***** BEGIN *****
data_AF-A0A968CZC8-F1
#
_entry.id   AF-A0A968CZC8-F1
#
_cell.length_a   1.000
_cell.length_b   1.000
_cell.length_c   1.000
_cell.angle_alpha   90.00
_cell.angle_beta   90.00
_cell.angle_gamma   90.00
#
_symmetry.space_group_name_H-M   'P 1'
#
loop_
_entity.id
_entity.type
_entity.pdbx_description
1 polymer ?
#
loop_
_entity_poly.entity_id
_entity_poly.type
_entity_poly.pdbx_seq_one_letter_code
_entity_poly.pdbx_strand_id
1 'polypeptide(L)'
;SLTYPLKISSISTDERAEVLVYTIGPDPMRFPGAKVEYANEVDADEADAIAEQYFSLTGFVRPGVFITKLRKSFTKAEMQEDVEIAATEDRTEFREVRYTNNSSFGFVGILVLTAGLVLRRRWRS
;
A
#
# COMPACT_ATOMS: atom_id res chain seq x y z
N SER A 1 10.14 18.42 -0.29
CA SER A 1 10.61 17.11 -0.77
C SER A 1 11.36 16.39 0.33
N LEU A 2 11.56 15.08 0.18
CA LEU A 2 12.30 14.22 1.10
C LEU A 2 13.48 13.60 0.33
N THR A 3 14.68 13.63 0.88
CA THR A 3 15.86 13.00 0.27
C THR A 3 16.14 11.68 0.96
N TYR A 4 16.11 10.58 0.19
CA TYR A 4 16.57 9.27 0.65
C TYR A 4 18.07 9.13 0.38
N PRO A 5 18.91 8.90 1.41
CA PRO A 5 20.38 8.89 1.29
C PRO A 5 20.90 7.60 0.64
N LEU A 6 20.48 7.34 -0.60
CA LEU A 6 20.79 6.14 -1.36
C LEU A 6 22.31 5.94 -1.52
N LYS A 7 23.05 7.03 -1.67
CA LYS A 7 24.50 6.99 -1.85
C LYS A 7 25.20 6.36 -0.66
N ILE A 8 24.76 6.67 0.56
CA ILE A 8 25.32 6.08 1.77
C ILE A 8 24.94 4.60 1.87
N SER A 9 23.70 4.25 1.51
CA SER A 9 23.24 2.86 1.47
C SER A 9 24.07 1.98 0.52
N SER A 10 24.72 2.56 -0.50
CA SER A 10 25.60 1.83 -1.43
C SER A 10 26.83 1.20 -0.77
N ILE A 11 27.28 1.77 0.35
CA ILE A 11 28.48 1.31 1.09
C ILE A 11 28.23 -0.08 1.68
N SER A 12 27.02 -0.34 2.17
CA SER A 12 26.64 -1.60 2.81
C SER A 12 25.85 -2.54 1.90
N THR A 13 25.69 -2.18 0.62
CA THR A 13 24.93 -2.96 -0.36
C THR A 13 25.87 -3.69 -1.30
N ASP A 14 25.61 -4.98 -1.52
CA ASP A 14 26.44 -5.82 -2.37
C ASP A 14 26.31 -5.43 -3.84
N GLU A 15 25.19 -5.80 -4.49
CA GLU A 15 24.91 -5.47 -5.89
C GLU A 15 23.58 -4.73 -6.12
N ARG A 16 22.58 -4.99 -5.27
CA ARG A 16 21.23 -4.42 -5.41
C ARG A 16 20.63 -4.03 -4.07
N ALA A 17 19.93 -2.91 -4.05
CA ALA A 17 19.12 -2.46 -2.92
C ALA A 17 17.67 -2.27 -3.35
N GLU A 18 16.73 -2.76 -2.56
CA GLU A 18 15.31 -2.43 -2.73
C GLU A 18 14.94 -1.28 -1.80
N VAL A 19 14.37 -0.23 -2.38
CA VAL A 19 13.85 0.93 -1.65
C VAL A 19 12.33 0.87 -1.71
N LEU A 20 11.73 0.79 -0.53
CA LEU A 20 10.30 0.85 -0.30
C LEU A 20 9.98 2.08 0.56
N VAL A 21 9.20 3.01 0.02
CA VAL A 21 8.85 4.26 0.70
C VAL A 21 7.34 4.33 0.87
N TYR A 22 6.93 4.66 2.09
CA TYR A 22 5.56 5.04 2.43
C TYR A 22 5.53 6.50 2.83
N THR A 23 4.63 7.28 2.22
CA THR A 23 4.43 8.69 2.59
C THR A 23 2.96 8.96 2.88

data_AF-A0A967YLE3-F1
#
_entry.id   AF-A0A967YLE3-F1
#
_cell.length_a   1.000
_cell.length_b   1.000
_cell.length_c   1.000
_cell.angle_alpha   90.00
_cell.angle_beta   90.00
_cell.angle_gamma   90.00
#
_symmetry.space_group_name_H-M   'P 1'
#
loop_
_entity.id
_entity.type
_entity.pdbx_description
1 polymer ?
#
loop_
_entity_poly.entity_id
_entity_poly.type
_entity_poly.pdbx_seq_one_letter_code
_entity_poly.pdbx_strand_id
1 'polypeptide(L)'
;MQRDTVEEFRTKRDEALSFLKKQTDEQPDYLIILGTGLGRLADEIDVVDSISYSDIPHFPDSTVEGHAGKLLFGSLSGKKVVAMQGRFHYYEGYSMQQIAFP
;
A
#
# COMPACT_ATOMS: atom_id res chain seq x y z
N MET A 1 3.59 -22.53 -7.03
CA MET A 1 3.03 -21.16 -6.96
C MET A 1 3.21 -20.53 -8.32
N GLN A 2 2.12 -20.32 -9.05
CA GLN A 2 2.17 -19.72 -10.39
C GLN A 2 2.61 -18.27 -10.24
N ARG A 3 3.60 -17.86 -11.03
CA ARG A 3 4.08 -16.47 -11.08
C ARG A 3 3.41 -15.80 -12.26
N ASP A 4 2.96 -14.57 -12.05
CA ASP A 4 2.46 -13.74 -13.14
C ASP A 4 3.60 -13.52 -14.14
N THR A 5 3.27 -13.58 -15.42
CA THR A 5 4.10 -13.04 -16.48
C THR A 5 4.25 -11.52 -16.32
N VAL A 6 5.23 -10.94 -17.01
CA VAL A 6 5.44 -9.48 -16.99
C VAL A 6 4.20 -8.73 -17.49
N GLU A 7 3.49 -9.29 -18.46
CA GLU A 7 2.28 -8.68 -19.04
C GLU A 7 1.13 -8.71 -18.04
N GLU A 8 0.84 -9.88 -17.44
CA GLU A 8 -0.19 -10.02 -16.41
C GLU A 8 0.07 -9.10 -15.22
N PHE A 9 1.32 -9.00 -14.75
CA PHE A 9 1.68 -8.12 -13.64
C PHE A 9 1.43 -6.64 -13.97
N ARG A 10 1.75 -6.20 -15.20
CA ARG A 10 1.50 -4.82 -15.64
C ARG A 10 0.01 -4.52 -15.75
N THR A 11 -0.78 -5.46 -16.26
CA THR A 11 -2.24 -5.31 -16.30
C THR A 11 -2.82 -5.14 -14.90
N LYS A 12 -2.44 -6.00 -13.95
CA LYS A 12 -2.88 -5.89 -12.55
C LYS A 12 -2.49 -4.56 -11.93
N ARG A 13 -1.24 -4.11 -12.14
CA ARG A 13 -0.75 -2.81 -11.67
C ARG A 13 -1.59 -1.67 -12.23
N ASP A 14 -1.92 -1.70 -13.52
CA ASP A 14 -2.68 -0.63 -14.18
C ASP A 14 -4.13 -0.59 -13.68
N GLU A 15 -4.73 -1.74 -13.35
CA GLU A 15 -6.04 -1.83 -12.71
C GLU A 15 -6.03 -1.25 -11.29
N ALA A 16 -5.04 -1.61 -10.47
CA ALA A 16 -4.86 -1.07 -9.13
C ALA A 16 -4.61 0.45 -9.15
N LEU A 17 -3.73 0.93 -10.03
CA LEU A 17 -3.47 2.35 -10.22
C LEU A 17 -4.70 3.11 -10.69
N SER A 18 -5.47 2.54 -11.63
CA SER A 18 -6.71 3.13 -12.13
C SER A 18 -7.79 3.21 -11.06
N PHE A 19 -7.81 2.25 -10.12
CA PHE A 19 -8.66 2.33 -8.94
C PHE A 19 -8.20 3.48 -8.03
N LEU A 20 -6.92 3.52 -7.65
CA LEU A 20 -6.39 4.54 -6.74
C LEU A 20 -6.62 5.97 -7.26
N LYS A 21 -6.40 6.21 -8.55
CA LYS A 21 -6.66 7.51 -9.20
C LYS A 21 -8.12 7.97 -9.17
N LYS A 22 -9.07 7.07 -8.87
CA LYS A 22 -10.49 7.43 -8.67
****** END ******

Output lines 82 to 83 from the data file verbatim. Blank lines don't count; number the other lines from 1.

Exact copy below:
N GLU A 18 16.73 -2.76 -2.56
CA GLU A 18 15.31 -2.43 -2.73